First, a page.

rowing friends, and a wealth of floral
tributes further attested the esteem
of those saddened by the death of Mr.
LaVelle. Solos were sung by Mrs.
.Thomas Casey and A. A. Burt. The
pallbearers were Daniel McKinney, T.
J. O'Brien. F. M. Burt, H. E. Casteel,
Frank Meenan and J. W. Cavanaugh.
Funeral of Mrs. Rosenfield.
The funeral of Mrs. Julia E. Rosen
field was held from her beautiful home
in Spencer place at 3 o'clock this af
ternoon, Rabbi W. H. Fineshriber offi
ciating. There was a large attend
ance of sorrowing friendo. Those who
came from out of town to attend the
final rites were: Mr. and Mrs. S. W.
Ottenheimer and Henry Ottenheimer
of Peoria; J. Kaufmann, Champaign;
Aaron Kaufmann, Decatur; Meyer
Rosenfield and M. Frankel. Des
Moines; Abe Rosenfield, Chicago;
Mrs. Max Mayer, Iowa City, and Ferd
Levy, Creston, Iowa.
The pallbearers were Hon. E. W.
Hurst. T. A. Murphy, A. L. Moore.
Leon Mitchell, C. P. Skinner, and May
er Rosenfield, Des Moines. The inter
ment was made in Chippiannock ceme
tery. Funeral of Mrs. S. M. Lothringer.
The funeral of the late Mrs. S. M.
Lothringer, 2340 Fourth avenue, was
held this morning at 10 o'clock from
the home, with Interment at Chippian
nock cemetery. The services were con
ducted by Rev.W. S. Marquis of Broad
way church. The pallbearers were T.
B. Reidy. E. W. Schoede. Victor Beck,
Fred Kellerstrass, A. J. Riess and H.
HARRY LYLE HEADS
STAGE MEN'S UNION
Henry Raap Named to Represent
Body at International Conven
tion in July.
At a meeting of the Tri-City local
85, International Alliance of Theat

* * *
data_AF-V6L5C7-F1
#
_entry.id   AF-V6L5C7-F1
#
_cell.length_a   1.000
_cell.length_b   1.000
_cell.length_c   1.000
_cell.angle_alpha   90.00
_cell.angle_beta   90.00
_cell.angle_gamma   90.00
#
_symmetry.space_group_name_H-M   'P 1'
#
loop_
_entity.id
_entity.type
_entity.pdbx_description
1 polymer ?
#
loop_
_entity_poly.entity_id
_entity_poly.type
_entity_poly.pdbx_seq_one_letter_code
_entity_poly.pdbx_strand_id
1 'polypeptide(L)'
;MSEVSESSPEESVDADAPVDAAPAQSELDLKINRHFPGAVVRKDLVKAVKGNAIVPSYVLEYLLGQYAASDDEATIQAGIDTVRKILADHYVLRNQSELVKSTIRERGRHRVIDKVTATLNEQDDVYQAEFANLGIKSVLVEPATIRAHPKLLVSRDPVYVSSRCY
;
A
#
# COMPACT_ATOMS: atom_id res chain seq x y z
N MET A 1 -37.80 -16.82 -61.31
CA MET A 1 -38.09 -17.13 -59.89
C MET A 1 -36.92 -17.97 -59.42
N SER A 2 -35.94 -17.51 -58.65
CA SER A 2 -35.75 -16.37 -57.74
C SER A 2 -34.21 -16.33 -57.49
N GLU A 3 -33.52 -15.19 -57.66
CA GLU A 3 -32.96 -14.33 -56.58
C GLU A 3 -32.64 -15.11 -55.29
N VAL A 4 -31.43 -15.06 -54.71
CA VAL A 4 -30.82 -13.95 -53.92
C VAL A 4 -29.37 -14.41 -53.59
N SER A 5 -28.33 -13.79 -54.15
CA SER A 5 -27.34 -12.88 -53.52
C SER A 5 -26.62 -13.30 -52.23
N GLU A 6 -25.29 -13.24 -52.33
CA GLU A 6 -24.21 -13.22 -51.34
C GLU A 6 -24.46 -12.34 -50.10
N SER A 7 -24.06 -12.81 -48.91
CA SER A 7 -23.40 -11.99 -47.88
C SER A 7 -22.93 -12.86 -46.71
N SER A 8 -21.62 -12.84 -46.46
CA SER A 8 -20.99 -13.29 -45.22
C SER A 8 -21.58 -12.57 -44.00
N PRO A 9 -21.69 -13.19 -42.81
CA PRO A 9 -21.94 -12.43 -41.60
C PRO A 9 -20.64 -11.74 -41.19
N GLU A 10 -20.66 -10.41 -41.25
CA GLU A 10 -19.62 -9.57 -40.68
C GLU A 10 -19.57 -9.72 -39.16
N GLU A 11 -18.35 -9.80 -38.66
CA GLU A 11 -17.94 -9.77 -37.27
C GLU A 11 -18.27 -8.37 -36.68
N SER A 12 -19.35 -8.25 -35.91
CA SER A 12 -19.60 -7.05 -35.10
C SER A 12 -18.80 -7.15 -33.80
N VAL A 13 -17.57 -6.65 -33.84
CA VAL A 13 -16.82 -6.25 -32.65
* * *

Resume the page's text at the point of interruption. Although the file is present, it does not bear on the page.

rical Stage Employes, the following
oiheers were elected for the coming
President Harry Lyle.
VI piesident Henry Raap.
Corresponding and financial serre
lorr William Peterson.
Treasurer John LIttlg.
Guardian Otto Quade.
Henry Raap was elected delegate
to tLe 18th annual convention of 4 he
International Alliance of Theatrical
Stage Employes to be held in Wash
ington, D. C, in July.
Advertised List No. 21.
For week ending May 28, 1910: Roy
Appleton, Mrs. C. Bannon, Archie
Boyce, W. Cambell, A.' J. Crawford,
John Coyle, G. O. V. Engstrom, Mrs.
Samuel Grisse, Ida Graham, Glenn
Gartman, Adolph Gertonson, Mrs. E.
C. Haegood, Owen D. Hudson, Miss
Ora Hickman, Mrs. John Horxon,
Henry Jones. Miss Esther Lindberg,
Miss Agda LindelL Ml. fda Kinger,
Mrs. F. C. Long, Mary Munch; Charles
Mitchell, Walter S. Mills, Mrs. J. M.
Murray, J. C. Monroe, N. C. Myers
(2), Thompson Moore, HJlmer Rior-
son, Mrs. Ethel Smith, Mrs. Alice Sun
ley, A. Y. Smith, Mrs. F. C. Stafford,
Bertha Tuttle, W. H. Williams. Fov-
eign: Charles N. Fairchlld, Ed Johan-
son, Mrs. J. P. Johnson, Jos if Onren-
eule, David Schwartz.
H. A. J. M DONALD, P. M.
Inflammatory Rheumatism Cured In
Morton L.HU1, of Lebanon, Ind.,
says: "My wife had inflammatory
rheumatism in every muscle and Join;
her suffering was terrible and her body
and face were swollen, almost beyond
recognition; had been in bed for six
weeks and had eight physicians, but
received no benefit, until she tried Dr.
Detchon's Relief for Rheumatism, it
gave immediate , relief and she was
able to walk about in three days. I am
sure it saved her life." Sold by Otto
Grotjan. 1501 Second avenue. Rock
Island; Gust Schlegel & Son. 220 West
Second street, Davenport.
TELL OF EARLY
Pioneers of the Community
Honor Soldiers at Anda
CAPTAIN CLARK PRESIDES
Interesting Group Present on nos
trum Kock Islanders Take
Part in the Program.
Yesterday's Memorial day observ
ance at Andalusia was one of the
most unique ever held in the county.
The feature was an assembling of pio
neer residents such as has seldom tak
en place, even at the annual reunions
of the Old Settlers' association. The
Andalusia Memorial association was
in charge of the affair and the princi
pal exercises were held at the town
hall in the afternoon.
Present on the rostrum was Captain
E. L. Clark of Buffalo, who has the
undisputed honor of being a resident
of the state of Iowa for a longer per
iod than any other living person.
Captain Clark came here when a child
in 1827, his arrival antedating by many
years that of any other person now
living. He was honorary president of
Others of note who were gathered
around the captain were John T. Ken
worthy of this city, the first white
child born in the village; Matthew
Robison of Andalusia township, the